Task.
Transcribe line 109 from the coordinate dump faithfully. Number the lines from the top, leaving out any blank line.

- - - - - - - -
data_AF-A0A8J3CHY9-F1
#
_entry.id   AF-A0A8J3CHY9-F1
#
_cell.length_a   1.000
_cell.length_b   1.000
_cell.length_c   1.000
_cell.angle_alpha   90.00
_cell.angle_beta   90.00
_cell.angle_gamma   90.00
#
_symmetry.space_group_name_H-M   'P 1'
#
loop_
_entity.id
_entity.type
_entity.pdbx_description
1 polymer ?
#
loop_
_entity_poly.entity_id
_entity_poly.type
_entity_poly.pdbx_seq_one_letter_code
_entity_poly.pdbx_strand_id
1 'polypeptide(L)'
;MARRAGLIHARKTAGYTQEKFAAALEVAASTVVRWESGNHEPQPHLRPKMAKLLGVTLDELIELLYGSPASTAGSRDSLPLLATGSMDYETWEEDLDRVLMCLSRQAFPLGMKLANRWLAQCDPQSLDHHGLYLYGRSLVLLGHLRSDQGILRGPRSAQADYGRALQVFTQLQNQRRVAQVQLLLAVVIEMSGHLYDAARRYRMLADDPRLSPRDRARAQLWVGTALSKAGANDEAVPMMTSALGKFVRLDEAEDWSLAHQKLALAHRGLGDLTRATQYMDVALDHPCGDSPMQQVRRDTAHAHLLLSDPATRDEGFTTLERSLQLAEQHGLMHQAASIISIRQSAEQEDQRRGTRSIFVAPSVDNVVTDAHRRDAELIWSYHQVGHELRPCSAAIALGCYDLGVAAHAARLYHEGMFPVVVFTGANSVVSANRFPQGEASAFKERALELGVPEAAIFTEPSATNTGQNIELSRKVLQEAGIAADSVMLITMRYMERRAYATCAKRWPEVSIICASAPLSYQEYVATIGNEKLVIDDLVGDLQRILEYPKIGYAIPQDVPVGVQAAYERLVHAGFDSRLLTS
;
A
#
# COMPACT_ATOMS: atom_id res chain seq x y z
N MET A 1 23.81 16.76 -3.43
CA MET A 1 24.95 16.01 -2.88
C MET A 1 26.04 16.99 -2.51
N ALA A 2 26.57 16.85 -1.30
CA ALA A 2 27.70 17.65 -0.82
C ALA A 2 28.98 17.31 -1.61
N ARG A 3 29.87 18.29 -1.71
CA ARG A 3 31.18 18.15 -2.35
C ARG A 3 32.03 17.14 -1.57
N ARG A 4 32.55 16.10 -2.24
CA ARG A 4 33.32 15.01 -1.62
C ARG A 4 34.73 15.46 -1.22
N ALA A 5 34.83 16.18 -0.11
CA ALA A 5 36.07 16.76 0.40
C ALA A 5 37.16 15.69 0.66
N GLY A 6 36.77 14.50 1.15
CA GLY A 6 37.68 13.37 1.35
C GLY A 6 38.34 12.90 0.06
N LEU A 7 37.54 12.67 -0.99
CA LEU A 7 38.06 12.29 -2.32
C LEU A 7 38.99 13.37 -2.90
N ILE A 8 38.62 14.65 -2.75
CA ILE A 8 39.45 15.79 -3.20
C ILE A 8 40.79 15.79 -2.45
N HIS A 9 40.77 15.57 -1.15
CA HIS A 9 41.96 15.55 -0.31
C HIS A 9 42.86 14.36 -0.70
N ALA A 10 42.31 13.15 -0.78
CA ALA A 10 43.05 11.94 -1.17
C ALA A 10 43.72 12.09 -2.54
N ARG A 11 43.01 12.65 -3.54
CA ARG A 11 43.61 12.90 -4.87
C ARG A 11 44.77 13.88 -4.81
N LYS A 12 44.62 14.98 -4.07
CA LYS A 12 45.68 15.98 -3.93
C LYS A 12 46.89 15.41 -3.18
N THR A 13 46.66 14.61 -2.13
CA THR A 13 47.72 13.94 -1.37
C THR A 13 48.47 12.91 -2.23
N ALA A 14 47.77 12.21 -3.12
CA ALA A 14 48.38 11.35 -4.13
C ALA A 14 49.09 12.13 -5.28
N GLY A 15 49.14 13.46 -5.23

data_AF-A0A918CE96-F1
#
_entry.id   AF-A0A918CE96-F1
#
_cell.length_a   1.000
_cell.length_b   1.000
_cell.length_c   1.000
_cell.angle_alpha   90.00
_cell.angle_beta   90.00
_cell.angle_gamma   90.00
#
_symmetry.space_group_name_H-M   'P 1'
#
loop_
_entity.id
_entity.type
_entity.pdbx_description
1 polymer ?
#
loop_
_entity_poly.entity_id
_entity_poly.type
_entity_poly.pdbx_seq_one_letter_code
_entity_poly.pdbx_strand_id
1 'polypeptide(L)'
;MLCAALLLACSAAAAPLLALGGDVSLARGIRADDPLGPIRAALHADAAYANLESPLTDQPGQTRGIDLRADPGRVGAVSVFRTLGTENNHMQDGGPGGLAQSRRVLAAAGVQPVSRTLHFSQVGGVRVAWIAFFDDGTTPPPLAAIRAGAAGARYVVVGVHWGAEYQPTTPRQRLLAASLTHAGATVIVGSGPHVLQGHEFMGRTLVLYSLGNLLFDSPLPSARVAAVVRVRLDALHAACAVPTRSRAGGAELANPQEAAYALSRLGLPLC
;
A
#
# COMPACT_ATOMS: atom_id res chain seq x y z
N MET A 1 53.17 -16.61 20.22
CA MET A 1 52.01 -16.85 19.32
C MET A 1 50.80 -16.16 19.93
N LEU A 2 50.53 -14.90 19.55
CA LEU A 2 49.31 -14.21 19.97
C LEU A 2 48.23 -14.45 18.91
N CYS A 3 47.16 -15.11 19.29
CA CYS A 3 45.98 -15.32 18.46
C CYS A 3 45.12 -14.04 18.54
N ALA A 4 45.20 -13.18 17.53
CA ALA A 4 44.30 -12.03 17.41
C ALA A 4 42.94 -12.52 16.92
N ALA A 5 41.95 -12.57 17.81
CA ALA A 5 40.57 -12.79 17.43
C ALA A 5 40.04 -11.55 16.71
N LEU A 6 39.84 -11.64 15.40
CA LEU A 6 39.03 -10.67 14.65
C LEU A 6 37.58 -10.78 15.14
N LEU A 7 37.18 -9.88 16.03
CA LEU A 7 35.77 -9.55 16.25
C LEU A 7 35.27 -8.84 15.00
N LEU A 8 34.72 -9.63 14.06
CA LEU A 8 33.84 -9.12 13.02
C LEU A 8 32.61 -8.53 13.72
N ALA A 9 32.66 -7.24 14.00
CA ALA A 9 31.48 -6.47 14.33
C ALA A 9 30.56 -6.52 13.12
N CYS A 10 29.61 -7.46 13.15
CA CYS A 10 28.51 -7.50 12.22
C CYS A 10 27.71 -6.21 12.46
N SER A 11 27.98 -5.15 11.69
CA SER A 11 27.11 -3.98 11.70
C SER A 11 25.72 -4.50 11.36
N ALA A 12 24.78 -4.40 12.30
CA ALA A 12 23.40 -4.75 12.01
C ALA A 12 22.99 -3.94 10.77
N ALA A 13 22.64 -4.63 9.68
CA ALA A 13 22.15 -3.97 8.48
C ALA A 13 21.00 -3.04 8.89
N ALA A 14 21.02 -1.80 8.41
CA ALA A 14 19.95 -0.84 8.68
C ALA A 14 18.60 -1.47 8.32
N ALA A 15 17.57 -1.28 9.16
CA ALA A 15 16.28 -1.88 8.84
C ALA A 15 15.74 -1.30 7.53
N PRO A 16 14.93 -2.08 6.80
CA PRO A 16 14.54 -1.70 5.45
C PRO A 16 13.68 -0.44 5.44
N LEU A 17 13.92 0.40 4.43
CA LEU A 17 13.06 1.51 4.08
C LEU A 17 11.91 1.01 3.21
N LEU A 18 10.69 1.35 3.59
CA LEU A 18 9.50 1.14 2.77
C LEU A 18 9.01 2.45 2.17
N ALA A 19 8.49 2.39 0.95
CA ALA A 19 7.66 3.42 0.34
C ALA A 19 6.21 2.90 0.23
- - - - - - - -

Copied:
C LEU A 2 48.23 -14.45 18.91